All of which is a preamble to presenting one of his best-loved lyrics, a perfect distillation of that emotion which the Welsh call ‘hiraeth’, a little more than mere nostalgia, an intense love and longing for a lost place, a lost culture, a lost past.


Into my heart an air that kills
From yon far country blows:
What are those blue remembered hills,
What spires, what farms are those?

That is the land of lost content
I see it shining plain,
The happy highways where I went
And cannot come again.


Week 546: Pied Beauty, by Gerard Manley Hopkins

Some years ago I stayed with my family on holiday at Arthog in North Wales, just across the Mawddach estuary from Barmouth, and one of the walks we took was along the old railway track, now converted to a footpath, to Penmaenpool. The railway was opened in 1865, but fell victim to Dr Beeching in the sixties. In the old days it was evidently a treat in the area to take a picnic on the round trip: up to Harlech, then to Minfford, by the Ffestiniog line to Blaenau Ffestiniog, to Bala and back to Dolgellau. Bonneted ladies, men in light suits, excited children, picnic baskets, glimpses of the sea, seeds of willowherb drifting in through the open windows, turning and twinkling in the sun… But all the track long taken up now, grass and moss encroaching on the limestone chippings, willows leaning over, a tangle of soapwort and goldenrod and everlasting pea, and the evening quiet under cloud, only the oystercatchers calling as darkness falls.

Anyway, on a placard in the old signal-box at Penmaenpool, now converted to a bird-hide, I came across a verse which Gerard Manley Hopkins inscribed in the hotel guest book after a stay here:

 ‘Then come who pine for peace and pleasure
Away from counter, court and school,
Spend here your measure of time and treasure
And taste the joys of Penmaenpool.’

O G.M.H, I thought, what a totally undistinguished quatrain! That’s what comes of feeling obligated to say something, or being tempted by a slight vanity – because you always knew what you were worth, didn’t you, even if this particular verse doesn’t show it, and even if no one else at the time knew. So, I thought, you stood here too and watched the light change on the wooded slopes opposite, and the quiet water brimming up the estuary. I didn’t know what to say to your ghost, except glory be to God for you too, and thanks for poems as original and beautiful as this one.

Pied Beauty

Glory be to God for dappled things – 
  For skies of couple-colour as a brinded cow;
    For rose-moles all in stipple upon trout that swim;
Fresh-firecoal chestnut-falls; finches’ wings;
  Landscape plotted and pieced – fold, fallow, and plough;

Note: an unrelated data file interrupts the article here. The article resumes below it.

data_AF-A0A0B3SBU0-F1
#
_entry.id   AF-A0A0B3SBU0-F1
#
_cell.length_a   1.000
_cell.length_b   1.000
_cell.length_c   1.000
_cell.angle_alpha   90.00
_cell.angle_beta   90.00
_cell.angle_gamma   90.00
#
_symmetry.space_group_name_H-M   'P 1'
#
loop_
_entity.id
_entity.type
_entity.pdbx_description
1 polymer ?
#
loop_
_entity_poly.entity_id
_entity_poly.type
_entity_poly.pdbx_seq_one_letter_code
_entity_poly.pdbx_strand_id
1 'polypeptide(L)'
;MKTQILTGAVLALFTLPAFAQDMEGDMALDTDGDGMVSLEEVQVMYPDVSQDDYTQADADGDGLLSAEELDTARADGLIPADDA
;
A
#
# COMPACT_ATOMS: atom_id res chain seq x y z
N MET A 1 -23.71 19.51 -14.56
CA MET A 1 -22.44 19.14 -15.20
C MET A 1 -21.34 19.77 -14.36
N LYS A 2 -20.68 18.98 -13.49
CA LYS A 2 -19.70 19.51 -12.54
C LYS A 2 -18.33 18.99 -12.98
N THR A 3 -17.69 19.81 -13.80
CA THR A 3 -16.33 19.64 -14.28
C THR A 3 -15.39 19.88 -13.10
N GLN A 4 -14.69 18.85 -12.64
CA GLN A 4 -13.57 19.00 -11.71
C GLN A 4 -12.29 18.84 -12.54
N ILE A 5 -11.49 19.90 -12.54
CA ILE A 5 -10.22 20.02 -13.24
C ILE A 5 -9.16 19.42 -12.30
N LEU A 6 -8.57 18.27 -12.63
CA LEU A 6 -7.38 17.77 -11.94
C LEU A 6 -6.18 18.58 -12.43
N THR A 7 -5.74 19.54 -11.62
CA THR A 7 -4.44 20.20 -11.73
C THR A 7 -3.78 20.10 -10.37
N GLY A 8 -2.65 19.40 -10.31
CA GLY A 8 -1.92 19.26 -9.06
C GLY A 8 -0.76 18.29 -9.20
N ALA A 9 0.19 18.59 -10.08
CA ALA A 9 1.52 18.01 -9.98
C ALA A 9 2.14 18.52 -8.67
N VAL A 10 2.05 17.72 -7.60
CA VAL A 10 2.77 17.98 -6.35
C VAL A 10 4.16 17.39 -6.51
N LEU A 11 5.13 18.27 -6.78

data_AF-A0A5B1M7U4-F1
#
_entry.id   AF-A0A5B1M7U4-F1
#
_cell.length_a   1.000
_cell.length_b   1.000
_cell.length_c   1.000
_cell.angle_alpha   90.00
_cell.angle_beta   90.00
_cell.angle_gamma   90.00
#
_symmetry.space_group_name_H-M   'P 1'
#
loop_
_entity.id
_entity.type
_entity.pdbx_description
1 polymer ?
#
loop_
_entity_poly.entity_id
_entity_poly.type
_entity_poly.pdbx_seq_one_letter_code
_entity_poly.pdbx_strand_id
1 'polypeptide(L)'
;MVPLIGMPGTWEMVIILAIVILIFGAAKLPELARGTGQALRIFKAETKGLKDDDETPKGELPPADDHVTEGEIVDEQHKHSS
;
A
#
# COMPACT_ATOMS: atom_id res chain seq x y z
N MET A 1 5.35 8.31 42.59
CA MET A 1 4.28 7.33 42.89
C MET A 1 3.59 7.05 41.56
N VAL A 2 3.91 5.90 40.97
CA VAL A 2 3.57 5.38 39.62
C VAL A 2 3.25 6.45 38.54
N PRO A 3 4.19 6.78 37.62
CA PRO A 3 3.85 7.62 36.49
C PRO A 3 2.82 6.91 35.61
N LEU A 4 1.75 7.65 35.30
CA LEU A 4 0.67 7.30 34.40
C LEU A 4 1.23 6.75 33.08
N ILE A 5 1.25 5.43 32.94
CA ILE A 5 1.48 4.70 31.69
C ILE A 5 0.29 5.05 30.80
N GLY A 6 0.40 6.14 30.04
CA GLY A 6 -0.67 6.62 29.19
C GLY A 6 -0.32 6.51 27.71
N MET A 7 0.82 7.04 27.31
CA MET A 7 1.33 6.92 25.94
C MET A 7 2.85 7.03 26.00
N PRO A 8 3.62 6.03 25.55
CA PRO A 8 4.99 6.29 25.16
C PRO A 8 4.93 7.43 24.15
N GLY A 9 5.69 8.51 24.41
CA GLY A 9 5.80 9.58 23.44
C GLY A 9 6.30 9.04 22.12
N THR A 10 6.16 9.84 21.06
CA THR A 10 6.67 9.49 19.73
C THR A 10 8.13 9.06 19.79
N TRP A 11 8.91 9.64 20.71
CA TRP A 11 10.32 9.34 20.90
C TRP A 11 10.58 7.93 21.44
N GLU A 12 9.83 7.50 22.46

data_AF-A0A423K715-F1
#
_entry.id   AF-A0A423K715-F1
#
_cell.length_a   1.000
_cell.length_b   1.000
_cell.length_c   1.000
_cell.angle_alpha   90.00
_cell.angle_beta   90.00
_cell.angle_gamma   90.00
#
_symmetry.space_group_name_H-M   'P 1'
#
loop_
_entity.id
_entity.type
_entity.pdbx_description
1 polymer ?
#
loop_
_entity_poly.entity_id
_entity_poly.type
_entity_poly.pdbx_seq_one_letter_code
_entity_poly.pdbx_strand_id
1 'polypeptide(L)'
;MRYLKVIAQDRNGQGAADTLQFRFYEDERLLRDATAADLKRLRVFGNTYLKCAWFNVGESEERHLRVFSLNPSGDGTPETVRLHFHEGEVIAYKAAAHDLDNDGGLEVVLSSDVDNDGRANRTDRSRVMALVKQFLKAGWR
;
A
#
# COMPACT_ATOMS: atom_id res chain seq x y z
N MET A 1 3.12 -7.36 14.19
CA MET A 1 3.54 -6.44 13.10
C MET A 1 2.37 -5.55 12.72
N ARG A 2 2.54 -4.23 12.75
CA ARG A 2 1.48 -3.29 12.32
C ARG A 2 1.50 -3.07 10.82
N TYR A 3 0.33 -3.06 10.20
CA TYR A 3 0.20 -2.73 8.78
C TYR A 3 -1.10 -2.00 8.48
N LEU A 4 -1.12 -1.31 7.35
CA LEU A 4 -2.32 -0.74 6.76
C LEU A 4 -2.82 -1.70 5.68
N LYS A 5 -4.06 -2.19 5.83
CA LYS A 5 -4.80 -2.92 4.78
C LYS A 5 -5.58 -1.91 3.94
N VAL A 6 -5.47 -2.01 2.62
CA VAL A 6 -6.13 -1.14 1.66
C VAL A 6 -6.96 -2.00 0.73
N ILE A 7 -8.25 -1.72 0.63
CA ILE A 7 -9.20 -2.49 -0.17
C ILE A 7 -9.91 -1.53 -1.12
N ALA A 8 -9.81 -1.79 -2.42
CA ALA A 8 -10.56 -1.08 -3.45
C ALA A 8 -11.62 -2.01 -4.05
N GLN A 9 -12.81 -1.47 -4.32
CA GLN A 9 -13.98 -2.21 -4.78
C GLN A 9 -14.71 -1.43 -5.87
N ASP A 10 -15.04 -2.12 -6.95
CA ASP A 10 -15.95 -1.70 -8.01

And all trades, their gear and tackle and trim.
All things counter, original, spare, strange;
  Whatever is fickle, freckled (who knows how?)
    With swift, slow; sweet, sour; adazzle, dim;
    He fathers-forth whose beauty is past change:
  Praise him.

Gerard Manley Hopkins

Week 545: Adjustment, by Molly Holden

I suspect that although they may been far more fortunate than Molly Holden in the matter of health, many people will still identify with the sentiments of this poem in one way or another. Personally it is a long time since I had any vanity about my appearance, but I confess to resenting bitterly the inevitable decline in my physical powers, such as they were. This was brought sharply into focus last month when I was laid low by an amazingly incapacitating attack of what turned out to be polymyalgia rheumatica, fortunately soon treated once properly diagnosed. I could myself manage nothing more dignified in response than an existential howl: ‘So only a month ago I could still do thirty pushups and run a decent 5K, and now I can’t even get up out of a f—king armchair!?’. Molly handles the subject with rather more grace and wit, though certainly with no less rue.


I thought my bones would last. Good bones I’d read,
preserve the beauty of an aged head,
and so I hoped my structure might remain
shapely, whatever age I might attain.

Skulls do not change but I’d not gauged the force
of time correctly, reckoned without the coarse
deposit of disease and grief – the double chin,
the softer jowls of middle-age, the cobwebbed skin,
that now have overlaid the thirtied grace
of what was once a pleasing enough face.

What the mirror tells me must be true. Shoulder,
breast, and sight confirm I’m getting older.

Now my portrait of myself must change, truth
forgo the bright advantages of youth.
My children see me comfortable and kind –
so there’s my present image right to mind.
Shape’s hoped endurance must be laid aside
and any slighter beauty that was cause for pride.

Now only I shall ever see
the fine-boned crone I’d thought to be.

Molly Holden